MHB

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I think most of the available Nitrogen is tied up in soluble amides, the yeast is pretty good at pulling peptides apart and rearranging them into what ever it needs, there are only something like 24 (common) amino acids that make up the millions of proteins in malt and yeast.
Never seen figures for really big beers but Germans call 1.048 (12oP) "standard" wort, typical composition isn't something I keep in the front of my memory, around 200-250mg/L of FAN (free amino nitrogen) comes to mind. Higher for Ales than Lagers but in that sort of range
Remember that the mass of proteins is 6.25 time the mass of Nitrogen.
Mark

Just remembered I had a copy of this search found it.
M
Typical wort.jpg
 

Cloud Surfer

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WLP099 sounds like a good choice. I have the pack of HA18 Mark gave me to use, which will be good for a big beer, maybe a Barley Wine. But it doesn’t come in small packs unfortunately.

My thinking was if you could get something to 12% ABV with standard ale yeast, then using a late sugar addition, add champagne yeast that will just chew through the simple sugar to finish at a higher ABV. That process isn’t going to thin and dry out the beer.

Anyway not something I’m planning to do for now, but will probably give a huge RIS a try one day for a bit of fun. Certainly the 16.8% commercial RIS is pretty entertaining.
 

MHB

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Actually I have found Champaign yeast guts the beer, used just as you describe, I would avoid it.

Been thinking about the available nitrogen, there should be enough available in a wort (not in a mead or cider/perry - for sure)
I doubt it would be necessary to go to the trouble of incremental nutrient additions, a good dose at the start wouldn't hurt. As much for all the trace elements (especially Zinc) that a good nutrient contains. The yeast should be able to assimilate what it need from the dissolved protein.
Don't know for sure, would have to do some experiments, never taken a beer over ~17%, it was a bit fusely and took a couple of years to develop reasonably, its hard country to brew well in, high ABV beers are a challenge.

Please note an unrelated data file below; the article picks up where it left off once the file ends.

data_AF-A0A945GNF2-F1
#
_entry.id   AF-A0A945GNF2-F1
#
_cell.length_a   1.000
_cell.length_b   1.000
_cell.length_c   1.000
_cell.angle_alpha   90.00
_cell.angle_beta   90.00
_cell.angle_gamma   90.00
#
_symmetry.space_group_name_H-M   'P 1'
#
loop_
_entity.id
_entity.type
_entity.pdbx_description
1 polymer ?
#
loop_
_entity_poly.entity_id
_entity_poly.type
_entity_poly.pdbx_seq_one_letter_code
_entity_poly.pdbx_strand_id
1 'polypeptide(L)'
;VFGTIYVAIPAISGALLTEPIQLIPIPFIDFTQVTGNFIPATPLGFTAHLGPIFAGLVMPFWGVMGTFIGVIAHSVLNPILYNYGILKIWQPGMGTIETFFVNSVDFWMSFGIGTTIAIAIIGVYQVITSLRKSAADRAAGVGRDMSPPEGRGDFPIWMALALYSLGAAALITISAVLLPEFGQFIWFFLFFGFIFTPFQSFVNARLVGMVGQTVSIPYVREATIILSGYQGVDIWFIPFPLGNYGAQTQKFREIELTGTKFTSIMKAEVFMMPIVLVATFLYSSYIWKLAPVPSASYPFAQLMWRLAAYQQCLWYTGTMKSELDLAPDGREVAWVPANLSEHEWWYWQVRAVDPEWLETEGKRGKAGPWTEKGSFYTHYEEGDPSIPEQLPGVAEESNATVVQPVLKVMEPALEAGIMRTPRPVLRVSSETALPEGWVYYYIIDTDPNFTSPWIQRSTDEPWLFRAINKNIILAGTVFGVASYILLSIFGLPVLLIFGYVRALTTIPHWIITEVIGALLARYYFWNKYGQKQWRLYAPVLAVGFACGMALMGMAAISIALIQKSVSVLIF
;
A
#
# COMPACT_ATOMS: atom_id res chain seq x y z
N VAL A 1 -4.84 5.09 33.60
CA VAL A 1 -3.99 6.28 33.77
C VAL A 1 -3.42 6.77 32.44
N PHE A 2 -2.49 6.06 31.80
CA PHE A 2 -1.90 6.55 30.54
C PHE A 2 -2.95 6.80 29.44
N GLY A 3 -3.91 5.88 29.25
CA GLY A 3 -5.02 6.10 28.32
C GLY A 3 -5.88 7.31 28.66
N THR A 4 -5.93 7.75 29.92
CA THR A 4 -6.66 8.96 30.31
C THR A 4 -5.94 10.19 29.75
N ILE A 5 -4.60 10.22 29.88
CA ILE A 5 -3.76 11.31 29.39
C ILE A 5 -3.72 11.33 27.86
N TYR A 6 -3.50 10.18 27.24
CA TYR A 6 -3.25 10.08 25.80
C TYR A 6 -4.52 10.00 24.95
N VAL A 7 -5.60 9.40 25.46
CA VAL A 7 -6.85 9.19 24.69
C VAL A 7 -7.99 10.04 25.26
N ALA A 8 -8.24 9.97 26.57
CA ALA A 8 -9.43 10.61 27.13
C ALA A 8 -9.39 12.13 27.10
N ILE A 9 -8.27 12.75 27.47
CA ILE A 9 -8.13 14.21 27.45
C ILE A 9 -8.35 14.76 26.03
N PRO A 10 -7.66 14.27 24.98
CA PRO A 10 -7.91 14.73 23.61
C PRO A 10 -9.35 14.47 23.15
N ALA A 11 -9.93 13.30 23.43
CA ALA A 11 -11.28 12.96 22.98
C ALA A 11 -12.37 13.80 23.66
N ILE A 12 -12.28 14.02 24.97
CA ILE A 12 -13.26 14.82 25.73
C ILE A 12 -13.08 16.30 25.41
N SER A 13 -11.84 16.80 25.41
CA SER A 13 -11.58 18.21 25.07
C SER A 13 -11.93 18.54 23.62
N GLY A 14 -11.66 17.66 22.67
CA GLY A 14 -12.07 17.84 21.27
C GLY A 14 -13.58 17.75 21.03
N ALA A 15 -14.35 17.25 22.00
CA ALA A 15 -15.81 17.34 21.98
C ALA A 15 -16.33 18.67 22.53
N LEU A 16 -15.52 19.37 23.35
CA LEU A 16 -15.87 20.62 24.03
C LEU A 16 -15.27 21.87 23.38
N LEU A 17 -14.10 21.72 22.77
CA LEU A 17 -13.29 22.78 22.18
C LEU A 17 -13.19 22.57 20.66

We knocked out a 12% barley wine with the HA18, surprisingly quick (90 points in 8 days), likes to run warm, and finished much lower than I expected, it's just gone into keg and off to the cool-room for a long slow secondary and maturation.
Tasted very good out of the fermenter, still plenty of body despite the low FG. I suspect it will get a bit of Oak at some point.
Mark
 

kadmium

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I think most of the available Nitrogen is tied up in soluble amides, the yeast is pretty good at pulling peptides apart and rearranging them into what ever it needs, there are only something like 24 (common) amino acids that make up the millions of proteins in malt and yeast.
Never seen figures for really big beers but Germans call 1.048 (12oP) "standard" wort, typical composition isn't something I keep in the front of my memory, around 200-250mg/L of FAN (free amino nitrogen) comes to mind. Higher for Ales than Lagers but in that sort of range
Remember that the mass of proteins is 6.25 time the mass of Nitrogen.
Mark

Just remembered I had a copy of this search found it.
M
View attachment 119761
Yeah I was just kind of reeling off my head and typing as I went. Probably how I end up with my foot in my mouth so often.

I think Mead only aims for around 200ppm of Nitrogen so the TOSNA is way overkill.

A front loading of a little bit of Fermaid-O and you should be fine.

I stopped using champagne yeast for even cider and mead, as I found it stripped the character and you end up with a product that resembles champagne (especially cause it's not made in France lol)

I would go with WLP099. Also, I had the FA-18% and it was OK but I prefer something around the 11%